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The role of attribute processing strategies in estimating the preferences of road freight stakeholders

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  • Puckett, Sean M.
  • Hensher, David A.
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    Abstract

    Choice behaviour studies typically assume passive bounded rationality, suggesting that decision makers process all information given to them with equal attention. However, it is probable that decision makers invoke any number of attribute processing strategies (APSs) when weighing the characteristics of candidate alternatives against one another. Utilising data from a study of urban road freight stakeholders evaluating alternative packages of component trip times, fuel costs and variable user charges, this paper shows that accounting for APS heterogeneity associate with each alternative in each choice set results in differing marginal disutilities and willingness to pay for components of travel time, compared to a model which assumes passive bounded rationality.

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    Bibliographic Info

    Article provided by Elsevier in its journal Transportation Research Part E: Logistics and Transportation Review.

    Volume (Year): 44 (2008)
    Issue (Month): 3 (May)
    Pages: 379-395

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    Handle: RePEc:eee:transe:v:44:y:2008:i:3:p:379-395

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    Related research

    Keywords: Attribute processing strategies Information processing Road freight Variable user charging Stated choice Mixed logit;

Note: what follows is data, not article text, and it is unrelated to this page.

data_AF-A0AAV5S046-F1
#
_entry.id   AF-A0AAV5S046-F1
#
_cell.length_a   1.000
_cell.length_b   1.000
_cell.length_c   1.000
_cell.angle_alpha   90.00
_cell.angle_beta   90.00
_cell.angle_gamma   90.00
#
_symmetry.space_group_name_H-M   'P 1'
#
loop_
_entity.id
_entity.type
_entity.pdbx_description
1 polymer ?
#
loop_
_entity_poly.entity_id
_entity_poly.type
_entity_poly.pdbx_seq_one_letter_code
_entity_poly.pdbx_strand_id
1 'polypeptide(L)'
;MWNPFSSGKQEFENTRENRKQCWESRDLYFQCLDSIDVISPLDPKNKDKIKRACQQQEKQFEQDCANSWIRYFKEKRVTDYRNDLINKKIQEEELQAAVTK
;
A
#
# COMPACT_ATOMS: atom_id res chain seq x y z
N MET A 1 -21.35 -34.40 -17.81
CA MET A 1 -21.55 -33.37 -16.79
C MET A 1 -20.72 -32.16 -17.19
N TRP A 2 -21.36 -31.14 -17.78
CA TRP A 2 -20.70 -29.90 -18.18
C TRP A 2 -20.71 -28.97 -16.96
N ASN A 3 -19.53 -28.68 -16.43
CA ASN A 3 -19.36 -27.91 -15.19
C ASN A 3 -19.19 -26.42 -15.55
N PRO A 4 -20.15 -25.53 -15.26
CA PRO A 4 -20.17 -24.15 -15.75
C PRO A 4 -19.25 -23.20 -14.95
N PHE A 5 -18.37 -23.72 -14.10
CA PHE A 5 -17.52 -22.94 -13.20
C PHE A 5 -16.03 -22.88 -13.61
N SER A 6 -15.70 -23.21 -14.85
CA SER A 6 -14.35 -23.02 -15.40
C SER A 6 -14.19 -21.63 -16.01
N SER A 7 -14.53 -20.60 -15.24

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    Cited by:
    1. Masiero, Lorenzo & Hensher, David A., 2010. "Analyzing loss aversion and diminishing sensitivity in a freight transport stated choice experiment," Transportation Research Part A: Policy and Practice, Elsevier, vol. 44(5), pages 349-358, June.
    2. Mohammed Alemu & Morten Mørkbak & Søren Olsen & Carsten Jensen, 2013. "Attending to the Reasons for Attribute Non-attendance in Choice Experiments," Environmental & Resource Economics, European Association of Environmental and Resource Economists, vol. 54(3), pages 333-359, March.
    3. Andrew Collins & John Rose & Stephane Hess, 2012. "Interactive stated choice surveys: a study of air travel behaviour," Transportation, Springer, vol. 39(1), pages 55-79, January.
    4. Stephane Hess & David Hensher, 2013. "Making use of respondent reported processing information to understand attribute importance: a latent variable scaling approach," Transportation, Springer, vol. 40(2), pages 397-412, February.
    5. Campbell, Danny & Hensher, David A. & Scarpa, Riccardo, 2012. "Cost thresholds, cut-offs and sensitivities in stated choice analysis: Identification and implications," Resource and Energy Economics, Elsevier, vol. 34(3), pages 396-411.
    6. Hole, Arne Risa & Kolstad, Julie Riise & Gyrd-Hansen, Dorte, 2013. "Inferred vs. stated attribute non-attendance in choice experiments: A study of doctors’ prescription behaviour," Journal of Economic Behavior & Organization, Elsevier, vol. 96(C), pages 21-31.
    7. Søren Olsen & Thomas Lundhede & Jette Jacobsen & Bo Thorsen, 2011. "Tough and Easy Choices: Testing the Influence of Utility Difference on Stated Certainty-in-Choice in Choice Experiments," Environmental & Resource Economics, European Association of Environmental and Resource Economists, vol. 49(4), pages 491-510, August.
    8. David Hensher & David Layton, 2010. "Parameter transfer of common-metric attributes in choice analysis: implications for willingness to pay," Transportation, Springer, vol. 37(3), pages 473-490, May.
    9. Stephane Hess & Amanda Stathopoulos & Danny Campbell & Vikki O’Neill & Sebastian Caussade, 2013. "It’s not that I don’t care, I just don’t care very much: confounding between attribute non-attendance and taste heterogeneity," Transportation, Springer, vol. 40(3), pages 583-607, May.

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